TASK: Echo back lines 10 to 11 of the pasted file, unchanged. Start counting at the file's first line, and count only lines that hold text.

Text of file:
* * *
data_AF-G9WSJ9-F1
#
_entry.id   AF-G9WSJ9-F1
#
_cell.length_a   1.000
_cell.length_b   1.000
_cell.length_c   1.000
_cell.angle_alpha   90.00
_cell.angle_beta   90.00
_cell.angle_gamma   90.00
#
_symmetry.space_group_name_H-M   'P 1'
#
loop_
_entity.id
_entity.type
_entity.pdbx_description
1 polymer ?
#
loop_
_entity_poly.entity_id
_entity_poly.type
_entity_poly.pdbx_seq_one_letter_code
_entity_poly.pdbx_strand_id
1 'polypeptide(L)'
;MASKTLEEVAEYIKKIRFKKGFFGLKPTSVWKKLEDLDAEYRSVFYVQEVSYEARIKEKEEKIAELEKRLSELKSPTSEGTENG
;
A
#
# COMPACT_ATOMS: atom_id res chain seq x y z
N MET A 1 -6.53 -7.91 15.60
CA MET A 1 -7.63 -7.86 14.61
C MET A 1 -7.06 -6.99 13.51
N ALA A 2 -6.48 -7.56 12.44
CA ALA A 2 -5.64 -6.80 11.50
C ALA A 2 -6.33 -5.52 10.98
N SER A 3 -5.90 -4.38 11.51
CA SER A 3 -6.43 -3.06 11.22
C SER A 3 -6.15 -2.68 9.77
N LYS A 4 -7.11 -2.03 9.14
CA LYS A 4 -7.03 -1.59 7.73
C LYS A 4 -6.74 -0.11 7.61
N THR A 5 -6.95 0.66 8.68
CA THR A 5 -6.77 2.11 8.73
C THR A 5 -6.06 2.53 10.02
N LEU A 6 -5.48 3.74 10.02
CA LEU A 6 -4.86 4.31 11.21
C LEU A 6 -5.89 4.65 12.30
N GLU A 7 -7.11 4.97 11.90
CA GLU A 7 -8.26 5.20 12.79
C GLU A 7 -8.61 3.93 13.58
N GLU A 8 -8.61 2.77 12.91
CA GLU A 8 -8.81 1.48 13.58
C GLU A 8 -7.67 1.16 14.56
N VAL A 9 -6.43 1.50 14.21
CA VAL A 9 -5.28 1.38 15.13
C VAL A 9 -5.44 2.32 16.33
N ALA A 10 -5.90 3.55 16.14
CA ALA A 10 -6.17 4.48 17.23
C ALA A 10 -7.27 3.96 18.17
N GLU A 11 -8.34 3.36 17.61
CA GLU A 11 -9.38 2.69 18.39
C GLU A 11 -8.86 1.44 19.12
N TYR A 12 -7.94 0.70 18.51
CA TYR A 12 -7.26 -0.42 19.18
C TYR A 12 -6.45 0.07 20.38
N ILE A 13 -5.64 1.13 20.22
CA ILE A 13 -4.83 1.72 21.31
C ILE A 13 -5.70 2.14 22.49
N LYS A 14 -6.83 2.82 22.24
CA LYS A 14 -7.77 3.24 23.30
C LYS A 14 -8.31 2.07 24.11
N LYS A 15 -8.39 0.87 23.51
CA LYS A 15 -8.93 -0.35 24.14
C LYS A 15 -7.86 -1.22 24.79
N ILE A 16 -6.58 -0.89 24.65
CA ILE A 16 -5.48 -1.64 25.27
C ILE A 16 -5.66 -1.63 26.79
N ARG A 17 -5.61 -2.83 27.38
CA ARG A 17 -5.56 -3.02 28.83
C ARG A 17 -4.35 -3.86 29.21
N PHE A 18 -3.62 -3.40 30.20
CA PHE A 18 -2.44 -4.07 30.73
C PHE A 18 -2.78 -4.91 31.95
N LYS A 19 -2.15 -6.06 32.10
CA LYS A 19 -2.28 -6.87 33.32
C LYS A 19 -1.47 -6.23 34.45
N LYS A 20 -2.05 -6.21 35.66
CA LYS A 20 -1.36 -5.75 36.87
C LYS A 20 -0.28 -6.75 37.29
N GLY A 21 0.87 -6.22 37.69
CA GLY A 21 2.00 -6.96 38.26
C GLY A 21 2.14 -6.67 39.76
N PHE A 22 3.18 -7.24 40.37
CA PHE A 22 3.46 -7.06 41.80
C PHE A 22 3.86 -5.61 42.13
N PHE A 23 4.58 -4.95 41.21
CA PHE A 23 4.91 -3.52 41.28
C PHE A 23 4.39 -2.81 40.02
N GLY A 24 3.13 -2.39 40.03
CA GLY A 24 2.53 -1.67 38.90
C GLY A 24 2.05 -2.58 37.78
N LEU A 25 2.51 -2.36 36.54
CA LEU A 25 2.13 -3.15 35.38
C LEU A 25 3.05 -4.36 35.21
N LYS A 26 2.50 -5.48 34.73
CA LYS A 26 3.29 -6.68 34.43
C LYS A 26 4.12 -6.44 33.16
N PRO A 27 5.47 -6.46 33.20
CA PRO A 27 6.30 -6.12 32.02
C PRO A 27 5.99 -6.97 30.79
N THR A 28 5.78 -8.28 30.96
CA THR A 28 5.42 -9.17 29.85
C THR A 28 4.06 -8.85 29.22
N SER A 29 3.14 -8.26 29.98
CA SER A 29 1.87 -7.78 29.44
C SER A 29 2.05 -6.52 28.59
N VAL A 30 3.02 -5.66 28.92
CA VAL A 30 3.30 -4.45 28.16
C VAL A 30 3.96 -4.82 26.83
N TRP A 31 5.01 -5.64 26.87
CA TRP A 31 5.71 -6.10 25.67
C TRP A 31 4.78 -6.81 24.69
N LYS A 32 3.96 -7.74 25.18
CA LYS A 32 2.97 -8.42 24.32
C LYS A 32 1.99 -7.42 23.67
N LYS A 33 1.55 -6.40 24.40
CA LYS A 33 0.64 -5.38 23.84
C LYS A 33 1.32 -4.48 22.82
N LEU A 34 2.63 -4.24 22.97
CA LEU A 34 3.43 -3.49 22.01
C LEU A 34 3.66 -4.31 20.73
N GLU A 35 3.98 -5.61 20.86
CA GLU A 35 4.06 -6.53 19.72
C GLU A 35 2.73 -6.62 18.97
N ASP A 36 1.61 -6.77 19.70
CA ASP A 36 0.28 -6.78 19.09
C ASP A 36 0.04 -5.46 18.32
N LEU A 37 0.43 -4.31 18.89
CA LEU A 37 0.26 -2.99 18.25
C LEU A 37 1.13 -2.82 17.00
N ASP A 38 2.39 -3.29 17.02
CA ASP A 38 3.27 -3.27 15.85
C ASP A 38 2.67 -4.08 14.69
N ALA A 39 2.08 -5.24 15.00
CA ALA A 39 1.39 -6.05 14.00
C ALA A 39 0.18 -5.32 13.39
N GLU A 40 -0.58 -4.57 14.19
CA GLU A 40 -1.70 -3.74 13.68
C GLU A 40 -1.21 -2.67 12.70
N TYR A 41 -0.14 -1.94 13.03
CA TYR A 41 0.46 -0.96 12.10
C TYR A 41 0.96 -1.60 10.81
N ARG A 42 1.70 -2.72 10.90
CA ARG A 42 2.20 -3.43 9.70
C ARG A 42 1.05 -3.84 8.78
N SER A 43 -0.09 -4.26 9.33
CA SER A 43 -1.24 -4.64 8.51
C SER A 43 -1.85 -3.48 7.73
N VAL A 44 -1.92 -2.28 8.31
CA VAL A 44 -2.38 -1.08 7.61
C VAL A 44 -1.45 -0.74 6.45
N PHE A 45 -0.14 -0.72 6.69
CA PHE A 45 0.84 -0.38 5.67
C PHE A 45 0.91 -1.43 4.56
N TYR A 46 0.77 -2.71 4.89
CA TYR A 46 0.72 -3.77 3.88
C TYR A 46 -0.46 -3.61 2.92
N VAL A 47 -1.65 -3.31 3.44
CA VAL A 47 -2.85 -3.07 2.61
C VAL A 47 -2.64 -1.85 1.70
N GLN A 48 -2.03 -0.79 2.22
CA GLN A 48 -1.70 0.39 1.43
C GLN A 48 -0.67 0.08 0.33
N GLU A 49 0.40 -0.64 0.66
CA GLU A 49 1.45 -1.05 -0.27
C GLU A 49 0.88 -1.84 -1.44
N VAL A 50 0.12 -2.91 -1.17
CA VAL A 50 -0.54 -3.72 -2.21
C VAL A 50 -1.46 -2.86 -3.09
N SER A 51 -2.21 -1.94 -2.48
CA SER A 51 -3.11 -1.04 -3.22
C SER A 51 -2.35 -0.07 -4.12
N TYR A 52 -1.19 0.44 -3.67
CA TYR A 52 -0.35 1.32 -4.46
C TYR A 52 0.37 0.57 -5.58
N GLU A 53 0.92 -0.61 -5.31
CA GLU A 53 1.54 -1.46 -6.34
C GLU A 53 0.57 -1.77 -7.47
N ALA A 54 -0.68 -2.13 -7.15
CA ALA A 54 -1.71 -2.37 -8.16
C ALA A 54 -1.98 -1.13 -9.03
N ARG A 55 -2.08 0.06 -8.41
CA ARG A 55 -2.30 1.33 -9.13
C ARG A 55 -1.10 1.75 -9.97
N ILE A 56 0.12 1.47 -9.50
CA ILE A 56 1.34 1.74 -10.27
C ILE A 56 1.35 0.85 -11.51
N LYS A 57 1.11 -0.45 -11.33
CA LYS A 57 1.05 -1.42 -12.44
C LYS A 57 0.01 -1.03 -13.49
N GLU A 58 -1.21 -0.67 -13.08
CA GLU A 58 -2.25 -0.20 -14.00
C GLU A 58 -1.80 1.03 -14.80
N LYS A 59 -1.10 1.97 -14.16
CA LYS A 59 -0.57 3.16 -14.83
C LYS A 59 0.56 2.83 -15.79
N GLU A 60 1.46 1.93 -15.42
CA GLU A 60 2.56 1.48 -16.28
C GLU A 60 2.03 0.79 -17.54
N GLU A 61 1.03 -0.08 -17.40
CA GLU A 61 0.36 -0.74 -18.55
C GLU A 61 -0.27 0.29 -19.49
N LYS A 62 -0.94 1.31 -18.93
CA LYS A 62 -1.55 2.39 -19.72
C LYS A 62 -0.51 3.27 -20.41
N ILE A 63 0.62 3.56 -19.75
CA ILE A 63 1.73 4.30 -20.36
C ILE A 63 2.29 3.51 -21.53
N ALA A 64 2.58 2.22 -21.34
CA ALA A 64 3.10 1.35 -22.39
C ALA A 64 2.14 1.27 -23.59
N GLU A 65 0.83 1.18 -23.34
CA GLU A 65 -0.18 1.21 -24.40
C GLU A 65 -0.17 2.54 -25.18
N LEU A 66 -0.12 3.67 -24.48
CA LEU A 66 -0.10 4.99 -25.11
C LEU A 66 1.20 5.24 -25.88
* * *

_cell.angle_gamma   90.00
#